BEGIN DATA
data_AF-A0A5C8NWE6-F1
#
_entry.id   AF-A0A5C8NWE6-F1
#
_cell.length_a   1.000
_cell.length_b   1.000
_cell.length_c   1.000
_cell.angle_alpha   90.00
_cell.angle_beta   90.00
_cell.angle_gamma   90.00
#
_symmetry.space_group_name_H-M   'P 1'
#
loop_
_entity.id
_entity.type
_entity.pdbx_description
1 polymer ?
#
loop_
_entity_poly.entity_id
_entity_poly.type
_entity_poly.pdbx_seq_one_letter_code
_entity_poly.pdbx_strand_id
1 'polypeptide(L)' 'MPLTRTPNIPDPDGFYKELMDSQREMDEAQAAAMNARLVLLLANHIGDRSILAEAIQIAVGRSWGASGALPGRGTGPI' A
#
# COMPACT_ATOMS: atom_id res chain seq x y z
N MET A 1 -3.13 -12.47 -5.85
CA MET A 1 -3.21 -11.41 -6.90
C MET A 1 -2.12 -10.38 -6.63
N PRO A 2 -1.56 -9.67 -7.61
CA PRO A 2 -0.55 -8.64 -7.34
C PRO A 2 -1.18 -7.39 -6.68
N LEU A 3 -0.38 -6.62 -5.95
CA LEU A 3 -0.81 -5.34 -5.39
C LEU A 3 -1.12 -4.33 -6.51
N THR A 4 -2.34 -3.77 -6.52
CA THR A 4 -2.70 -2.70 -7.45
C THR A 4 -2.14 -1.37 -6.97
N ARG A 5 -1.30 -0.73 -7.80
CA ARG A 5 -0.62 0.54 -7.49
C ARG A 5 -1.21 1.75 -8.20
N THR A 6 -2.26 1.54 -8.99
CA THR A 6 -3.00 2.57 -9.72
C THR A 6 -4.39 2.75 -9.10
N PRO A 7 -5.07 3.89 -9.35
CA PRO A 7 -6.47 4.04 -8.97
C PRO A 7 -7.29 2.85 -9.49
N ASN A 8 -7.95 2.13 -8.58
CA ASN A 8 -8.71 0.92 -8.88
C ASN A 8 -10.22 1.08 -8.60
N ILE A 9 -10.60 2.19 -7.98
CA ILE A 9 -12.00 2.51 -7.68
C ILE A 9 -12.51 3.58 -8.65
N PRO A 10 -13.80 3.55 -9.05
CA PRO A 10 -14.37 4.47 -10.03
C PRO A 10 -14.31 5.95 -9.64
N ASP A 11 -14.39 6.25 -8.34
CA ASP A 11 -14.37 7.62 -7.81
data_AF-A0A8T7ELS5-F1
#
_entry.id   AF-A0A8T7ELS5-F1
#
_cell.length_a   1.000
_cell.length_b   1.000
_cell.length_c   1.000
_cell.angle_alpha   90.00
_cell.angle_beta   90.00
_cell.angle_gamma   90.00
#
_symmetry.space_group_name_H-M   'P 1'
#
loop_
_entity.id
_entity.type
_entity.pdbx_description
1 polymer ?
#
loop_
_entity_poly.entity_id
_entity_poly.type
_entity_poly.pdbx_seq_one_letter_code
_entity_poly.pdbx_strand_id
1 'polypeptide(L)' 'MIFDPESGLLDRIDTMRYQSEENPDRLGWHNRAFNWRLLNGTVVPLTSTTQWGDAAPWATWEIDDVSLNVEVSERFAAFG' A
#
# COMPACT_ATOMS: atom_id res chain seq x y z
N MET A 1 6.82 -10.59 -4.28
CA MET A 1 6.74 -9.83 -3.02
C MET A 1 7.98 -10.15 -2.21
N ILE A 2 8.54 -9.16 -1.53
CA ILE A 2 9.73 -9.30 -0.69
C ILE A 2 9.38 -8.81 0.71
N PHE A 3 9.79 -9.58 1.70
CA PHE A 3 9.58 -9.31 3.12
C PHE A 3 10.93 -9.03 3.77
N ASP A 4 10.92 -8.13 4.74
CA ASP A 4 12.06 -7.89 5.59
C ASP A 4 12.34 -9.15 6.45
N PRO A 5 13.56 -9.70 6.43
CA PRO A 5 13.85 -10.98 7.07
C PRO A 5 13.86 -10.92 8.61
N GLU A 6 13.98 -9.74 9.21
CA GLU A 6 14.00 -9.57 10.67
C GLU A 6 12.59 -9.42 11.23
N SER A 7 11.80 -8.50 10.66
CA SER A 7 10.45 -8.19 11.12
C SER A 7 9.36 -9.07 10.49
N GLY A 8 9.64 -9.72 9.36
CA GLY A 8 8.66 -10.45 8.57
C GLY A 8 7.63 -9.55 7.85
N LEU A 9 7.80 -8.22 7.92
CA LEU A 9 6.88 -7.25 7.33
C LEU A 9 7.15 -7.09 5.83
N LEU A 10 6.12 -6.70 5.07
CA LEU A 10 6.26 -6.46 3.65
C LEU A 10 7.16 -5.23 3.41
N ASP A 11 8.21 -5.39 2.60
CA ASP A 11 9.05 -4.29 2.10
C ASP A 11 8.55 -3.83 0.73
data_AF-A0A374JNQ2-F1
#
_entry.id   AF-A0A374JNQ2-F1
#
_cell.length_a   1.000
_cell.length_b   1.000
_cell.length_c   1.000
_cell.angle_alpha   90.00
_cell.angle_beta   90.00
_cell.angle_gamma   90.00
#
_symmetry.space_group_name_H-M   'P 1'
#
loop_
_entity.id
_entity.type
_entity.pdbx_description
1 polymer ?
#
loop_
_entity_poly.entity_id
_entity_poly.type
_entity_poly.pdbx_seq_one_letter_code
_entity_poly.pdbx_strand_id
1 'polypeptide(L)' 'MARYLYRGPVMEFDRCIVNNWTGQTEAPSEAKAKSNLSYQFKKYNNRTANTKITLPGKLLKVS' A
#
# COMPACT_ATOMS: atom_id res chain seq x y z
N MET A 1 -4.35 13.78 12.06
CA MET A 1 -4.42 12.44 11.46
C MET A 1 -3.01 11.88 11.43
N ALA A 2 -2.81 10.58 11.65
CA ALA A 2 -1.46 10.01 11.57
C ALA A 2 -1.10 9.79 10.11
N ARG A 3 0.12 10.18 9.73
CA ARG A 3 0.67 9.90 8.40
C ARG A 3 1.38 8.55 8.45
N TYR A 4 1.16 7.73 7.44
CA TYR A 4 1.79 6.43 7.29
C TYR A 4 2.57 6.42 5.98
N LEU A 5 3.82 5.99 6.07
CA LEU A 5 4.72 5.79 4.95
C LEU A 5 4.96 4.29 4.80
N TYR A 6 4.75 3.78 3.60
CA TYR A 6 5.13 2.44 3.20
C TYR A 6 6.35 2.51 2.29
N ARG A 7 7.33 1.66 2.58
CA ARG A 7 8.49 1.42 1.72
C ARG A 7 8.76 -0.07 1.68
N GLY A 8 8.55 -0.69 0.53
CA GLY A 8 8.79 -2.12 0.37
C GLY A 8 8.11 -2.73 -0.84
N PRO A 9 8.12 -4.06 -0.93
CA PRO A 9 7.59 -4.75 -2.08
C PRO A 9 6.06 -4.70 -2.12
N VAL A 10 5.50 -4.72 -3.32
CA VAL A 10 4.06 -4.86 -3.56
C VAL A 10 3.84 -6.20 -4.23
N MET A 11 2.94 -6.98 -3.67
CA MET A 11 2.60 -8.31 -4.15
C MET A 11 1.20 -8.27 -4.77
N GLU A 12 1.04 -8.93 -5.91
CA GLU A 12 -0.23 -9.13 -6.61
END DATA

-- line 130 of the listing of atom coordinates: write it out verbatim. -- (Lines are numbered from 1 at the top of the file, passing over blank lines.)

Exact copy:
#